Mr Galloway, who denies the veracity of the documents, has been quick to insinuate that such stories are being spoon-fed to the press by sinister intelligence agencies. On Monday, he told the Daily Telegraph: "Maybe it's the product of the same forgers who forged so many other things in this whole Iraq picture It would not be the Iraqi regime that was forging it. It would be people like you [Telegraph journalists] and the Government whose policies you have supported." In an article in Thursday's Independent, Mr Galloway warmed to his theme, hinting that it was odd that the Telegraph Group should have "broken three major 'intelligence' stories in two weeks out of Baghdad".
The truth is that these stories are not the result of orchestration or manipulation by the military coalition and Western intelligence agencies, but precisely the opposite. The media has been presented at these ministries with something approaching a free-for-all; a combination of journalistic initiative and serendipity have contributed to the best disclosures. If, indeed, MI6 had got to the Galloway file first, it is highly improbable that the British intelligence service would have leaked it to the press. The practice of such agencies is to keep precious information of this sort to themselves - not least as potential leverage with those, such as Mr Galloway, suspected of questionable dealings with a hostile regime.
What is striking, in fact, is that the coalition apparently had no plans to secure these government buildings - with the presentationally unfortunate exception of the oil ministry. It would seem self-evident that those seeking Saddam's weapons of mass destruction would want first sight of what documents had survived at the dictator's intelligence HQ, the foreign ministry and the agriculture department (vital for biological and chemical technology). However, no attempts were made to seal off these departments, or even to give them a minimal military guard.
That organisational failure was echoed in the failure to heed explicit warnings about the risks of looting. On February 11, for example, the All-Party Parliamentary Archaeological Group wrote to the Prime Minister specifically warning of the risks to Iraq's cultural treasures if Saddam's regime collapsed. The group was told that their letter had been passed to the Foreign Office. But the ransacking of the Iraqi National Museum shows that no action was taken in response - an error for which President Bush apologised on behalf of the coalition in an interview with NBC last week. Such failures of foresight do not detract in the slightest from the greater triumph of Iraq's liberation. But they do show how much the Office of Reconstruction and Humanitarian Assistance headed by Jay Garner still has to do.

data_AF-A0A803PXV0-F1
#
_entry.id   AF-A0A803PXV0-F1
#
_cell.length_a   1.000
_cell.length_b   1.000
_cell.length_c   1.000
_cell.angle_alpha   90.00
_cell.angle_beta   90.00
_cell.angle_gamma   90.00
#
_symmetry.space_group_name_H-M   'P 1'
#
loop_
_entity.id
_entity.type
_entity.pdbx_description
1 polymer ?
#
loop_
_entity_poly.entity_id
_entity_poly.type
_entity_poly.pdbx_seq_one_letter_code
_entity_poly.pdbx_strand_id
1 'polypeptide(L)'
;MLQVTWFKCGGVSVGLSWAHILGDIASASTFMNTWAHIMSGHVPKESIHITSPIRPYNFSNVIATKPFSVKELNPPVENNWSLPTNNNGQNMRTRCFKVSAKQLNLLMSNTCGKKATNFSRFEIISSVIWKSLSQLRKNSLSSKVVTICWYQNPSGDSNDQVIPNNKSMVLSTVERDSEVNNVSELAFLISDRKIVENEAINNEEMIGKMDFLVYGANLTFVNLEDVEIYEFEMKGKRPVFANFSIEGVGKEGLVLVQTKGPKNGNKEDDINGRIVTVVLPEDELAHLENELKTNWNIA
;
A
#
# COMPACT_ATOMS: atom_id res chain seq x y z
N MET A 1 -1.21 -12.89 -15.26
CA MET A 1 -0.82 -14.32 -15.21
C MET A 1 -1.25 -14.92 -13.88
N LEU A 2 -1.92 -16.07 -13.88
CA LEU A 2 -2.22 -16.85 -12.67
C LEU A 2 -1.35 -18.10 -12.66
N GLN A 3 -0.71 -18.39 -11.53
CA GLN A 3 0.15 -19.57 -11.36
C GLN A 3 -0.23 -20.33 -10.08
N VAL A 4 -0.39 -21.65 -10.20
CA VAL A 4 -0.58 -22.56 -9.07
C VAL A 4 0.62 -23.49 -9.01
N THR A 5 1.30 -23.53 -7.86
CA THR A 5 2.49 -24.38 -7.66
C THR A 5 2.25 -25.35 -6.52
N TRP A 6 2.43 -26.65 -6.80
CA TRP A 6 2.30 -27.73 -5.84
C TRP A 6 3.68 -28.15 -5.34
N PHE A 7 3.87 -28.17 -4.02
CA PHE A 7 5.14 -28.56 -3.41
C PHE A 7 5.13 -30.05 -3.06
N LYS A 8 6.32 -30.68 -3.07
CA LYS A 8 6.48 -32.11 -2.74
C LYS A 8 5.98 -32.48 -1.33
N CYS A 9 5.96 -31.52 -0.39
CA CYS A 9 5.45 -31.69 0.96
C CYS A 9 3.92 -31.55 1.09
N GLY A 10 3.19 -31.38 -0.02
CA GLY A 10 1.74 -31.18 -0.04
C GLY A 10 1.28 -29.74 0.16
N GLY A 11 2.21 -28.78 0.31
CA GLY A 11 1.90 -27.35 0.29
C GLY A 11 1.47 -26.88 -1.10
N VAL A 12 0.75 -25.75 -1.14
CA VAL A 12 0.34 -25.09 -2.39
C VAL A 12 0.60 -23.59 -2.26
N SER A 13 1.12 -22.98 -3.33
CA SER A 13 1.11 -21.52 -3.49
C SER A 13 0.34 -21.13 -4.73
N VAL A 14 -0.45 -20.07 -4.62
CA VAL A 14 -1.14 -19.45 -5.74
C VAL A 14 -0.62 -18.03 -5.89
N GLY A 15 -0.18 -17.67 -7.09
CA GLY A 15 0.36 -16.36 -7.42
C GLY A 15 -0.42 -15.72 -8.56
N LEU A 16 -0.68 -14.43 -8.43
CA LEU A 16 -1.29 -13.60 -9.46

Today's disclosure adds weight to the case which has underpinned the war on terrorism since September 11. It adds lustre to the argument - long made by the President and Prime Minister - that rogue states and international terrorist groups share both ambitions and resources. The veil has at last been lifted on the long-suspected relationship between a terrible dictator and the world's most blood-soaked terrorist. It is good that journalistic talent and persistence should have yielded such a discovery. But it is a matter of undeniable concern that the coalition's intelligence agencies were themselves unable to produce comparable information when it was most needed. The most important question posed by the September 11 attacks - was Saddam linked to bin Laden? - has now been emphatically answered. But it should be a source of grave embarrassment to the British and American governments that it has taken a newspaper, trawling through the files in a burnt-out building, to finish the job.
Interesting...same story from two different sources. Apparently both have seen the docs. Wonder who else and if anyone was tipped before the stories broke.
This is a common practice for Faxed documents with confidential portions.
Good point, somebody needs to pass this on to Ted Turner and Bill Maher.